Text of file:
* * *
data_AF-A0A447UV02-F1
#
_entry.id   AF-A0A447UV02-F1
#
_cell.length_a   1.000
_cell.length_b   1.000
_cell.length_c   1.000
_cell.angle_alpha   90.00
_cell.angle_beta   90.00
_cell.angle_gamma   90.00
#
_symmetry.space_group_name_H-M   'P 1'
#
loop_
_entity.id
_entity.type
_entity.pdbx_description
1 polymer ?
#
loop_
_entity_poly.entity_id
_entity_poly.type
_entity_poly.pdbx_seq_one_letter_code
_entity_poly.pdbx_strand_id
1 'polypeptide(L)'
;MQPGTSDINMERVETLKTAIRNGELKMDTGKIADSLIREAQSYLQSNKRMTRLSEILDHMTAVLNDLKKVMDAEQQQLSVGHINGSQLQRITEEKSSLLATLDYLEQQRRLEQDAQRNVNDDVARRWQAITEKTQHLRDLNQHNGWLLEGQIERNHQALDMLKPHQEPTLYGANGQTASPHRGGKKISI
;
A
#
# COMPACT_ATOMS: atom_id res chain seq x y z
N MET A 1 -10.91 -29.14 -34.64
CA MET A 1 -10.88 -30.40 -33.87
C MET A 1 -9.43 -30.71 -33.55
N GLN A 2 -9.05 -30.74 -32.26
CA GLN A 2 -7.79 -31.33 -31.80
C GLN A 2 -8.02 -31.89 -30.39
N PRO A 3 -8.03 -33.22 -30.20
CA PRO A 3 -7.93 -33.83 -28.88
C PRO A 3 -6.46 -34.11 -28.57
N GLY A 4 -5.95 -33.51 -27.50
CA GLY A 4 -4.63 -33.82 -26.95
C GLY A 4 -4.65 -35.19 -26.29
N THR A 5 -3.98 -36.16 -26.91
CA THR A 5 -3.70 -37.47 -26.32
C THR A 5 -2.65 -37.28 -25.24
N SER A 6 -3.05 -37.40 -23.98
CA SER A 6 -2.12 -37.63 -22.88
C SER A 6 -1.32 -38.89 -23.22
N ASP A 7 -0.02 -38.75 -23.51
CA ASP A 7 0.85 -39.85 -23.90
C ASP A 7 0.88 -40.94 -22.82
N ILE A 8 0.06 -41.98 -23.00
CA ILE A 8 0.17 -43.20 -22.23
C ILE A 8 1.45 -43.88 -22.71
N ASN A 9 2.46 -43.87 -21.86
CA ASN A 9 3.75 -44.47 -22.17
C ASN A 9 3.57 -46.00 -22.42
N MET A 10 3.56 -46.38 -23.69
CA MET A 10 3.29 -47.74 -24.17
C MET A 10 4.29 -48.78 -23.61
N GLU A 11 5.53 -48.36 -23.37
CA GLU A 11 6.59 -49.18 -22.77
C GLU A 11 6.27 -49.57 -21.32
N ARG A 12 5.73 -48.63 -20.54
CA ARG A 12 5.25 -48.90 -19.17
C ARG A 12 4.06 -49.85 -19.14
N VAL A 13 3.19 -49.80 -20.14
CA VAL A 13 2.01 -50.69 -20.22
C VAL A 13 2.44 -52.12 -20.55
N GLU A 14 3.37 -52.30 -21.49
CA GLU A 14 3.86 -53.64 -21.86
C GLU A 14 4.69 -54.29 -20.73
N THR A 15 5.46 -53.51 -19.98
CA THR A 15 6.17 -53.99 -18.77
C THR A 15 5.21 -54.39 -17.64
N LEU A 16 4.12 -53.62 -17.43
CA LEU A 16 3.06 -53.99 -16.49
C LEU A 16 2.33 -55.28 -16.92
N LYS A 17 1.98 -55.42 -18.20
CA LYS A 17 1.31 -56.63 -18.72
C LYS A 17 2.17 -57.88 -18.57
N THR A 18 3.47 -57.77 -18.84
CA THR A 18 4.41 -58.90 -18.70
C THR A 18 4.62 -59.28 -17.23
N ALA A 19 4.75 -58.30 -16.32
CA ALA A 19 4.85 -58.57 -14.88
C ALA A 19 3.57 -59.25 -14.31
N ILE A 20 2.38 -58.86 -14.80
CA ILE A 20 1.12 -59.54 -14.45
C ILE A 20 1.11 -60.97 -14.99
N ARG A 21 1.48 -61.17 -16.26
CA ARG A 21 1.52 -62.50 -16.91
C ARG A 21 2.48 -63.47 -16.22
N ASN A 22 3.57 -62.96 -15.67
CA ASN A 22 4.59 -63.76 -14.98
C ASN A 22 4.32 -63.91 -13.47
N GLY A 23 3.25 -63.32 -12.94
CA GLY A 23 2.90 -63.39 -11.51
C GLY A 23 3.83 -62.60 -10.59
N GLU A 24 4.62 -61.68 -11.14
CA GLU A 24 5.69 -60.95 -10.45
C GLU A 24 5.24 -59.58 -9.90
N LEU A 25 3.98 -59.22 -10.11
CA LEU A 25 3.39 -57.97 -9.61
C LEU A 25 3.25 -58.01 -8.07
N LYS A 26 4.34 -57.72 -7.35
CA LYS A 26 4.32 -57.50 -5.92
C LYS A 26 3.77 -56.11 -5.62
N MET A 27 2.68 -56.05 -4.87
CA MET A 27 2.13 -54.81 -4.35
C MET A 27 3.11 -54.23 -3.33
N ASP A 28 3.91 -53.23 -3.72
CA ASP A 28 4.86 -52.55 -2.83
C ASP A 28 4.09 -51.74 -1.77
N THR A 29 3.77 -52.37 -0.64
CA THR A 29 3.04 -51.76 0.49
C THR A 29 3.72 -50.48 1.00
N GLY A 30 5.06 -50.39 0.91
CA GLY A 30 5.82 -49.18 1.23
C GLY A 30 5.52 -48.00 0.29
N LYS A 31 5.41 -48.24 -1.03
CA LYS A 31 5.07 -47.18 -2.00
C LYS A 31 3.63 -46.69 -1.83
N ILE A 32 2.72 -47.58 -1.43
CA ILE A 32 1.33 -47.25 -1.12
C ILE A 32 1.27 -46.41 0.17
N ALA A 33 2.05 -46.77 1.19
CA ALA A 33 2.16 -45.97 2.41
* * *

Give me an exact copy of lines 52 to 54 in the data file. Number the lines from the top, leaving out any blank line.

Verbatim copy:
N ILE A 8 0.06 -41.98 -23.00
CA ILE A 8 0.17 -43.20 -22.23
C ILE A 8 1.45 -43.88 -22.71